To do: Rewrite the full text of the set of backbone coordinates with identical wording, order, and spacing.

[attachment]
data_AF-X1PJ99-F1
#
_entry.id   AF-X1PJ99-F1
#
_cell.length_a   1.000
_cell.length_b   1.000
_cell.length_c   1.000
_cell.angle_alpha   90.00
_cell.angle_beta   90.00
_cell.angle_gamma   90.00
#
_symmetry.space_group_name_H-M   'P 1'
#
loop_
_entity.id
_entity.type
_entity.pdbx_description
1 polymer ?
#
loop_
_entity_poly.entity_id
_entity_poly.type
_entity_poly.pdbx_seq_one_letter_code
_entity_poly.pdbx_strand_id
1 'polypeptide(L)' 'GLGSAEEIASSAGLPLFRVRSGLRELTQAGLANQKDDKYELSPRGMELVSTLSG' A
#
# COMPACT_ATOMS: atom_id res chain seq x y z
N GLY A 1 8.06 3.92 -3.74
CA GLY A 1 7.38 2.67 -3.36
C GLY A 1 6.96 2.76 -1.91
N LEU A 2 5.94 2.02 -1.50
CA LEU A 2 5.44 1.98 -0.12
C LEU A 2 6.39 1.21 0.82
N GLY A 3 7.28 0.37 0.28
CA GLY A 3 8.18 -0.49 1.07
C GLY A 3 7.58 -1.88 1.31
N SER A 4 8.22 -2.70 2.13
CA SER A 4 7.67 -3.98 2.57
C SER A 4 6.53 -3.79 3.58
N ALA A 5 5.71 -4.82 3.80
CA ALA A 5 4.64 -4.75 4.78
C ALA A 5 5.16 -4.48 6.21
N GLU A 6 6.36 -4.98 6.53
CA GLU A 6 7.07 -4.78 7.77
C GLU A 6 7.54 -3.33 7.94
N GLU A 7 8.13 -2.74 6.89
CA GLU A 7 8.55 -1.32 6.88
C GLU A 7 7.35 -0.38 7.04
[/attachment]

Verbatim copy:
data_AF-X1PJ99-F1
#
_entry.id   AF-X1PJ99-F1
#
_cell.length_a   1.000
_cell.length_b   1.000
_cell.length_c   1.000
_cell.angle_alpha   90.00
_cell.angle_beta   90.00
_cell.angle_gamma   90.00
#
_symmetry.space_group_name_H-M   'P 1'
#
loop_
_entity.id
_entity.type
_entity.pdbx_description
1 polymer ?
#
loop_
_entity_poly.entity_id
_entity_poly.type
_entity_poly.pdbx_seq_one_letter_code
_entity_poly.pdbx_strand_id
1 'polypeptide(L)' 'GLGSAEEIASSAGLPLFRVRSGLRELTQAGLANQKDDKYELSPRGMELVSTLSG' A
#
# COMPACT_ATOMS: atom_id res chain seq x y z
N GLY A 1 8.06 3.92 -3.74
CA GLY A 1 7.38 2.67 -3.36
C GLY A 1 6.96 2.76 -1.91
N LEU A 2 5.94 2.02 -1.50
CA LEU A 2 5.44 1.98 -0.12
C LEU A 2 6.39 1.21 0.82
N GLY A 3 7.28 0.37 0.28
CA GLY A 3 8.18 -0.49 1.07
C GLY A 3 7.58 -1.88 1.31
N SER A 4 8.22 -2.70 2.13
CA SER A 4 7.67 -3.98 2.57
C SER A 4 6.53 -3.79 3.58
N ALA A 5 5.71 -4.82 3.80
CA ALA A 5 4.64 -4.75 4.78
C ALA A 5 5.16 -4.48 6.21
N GLU A 6 6.36 -4.98 6.53
CA GLU A 6 7.07 -4.78 7.77
C GLU A 6 7.54 -3.33 7.94
N GLU A 7 8.13 -2.74 6.89
CA GLU A 7 8.55 -1.32 6.88
C GLU A 7 7.35 -0.38 7.04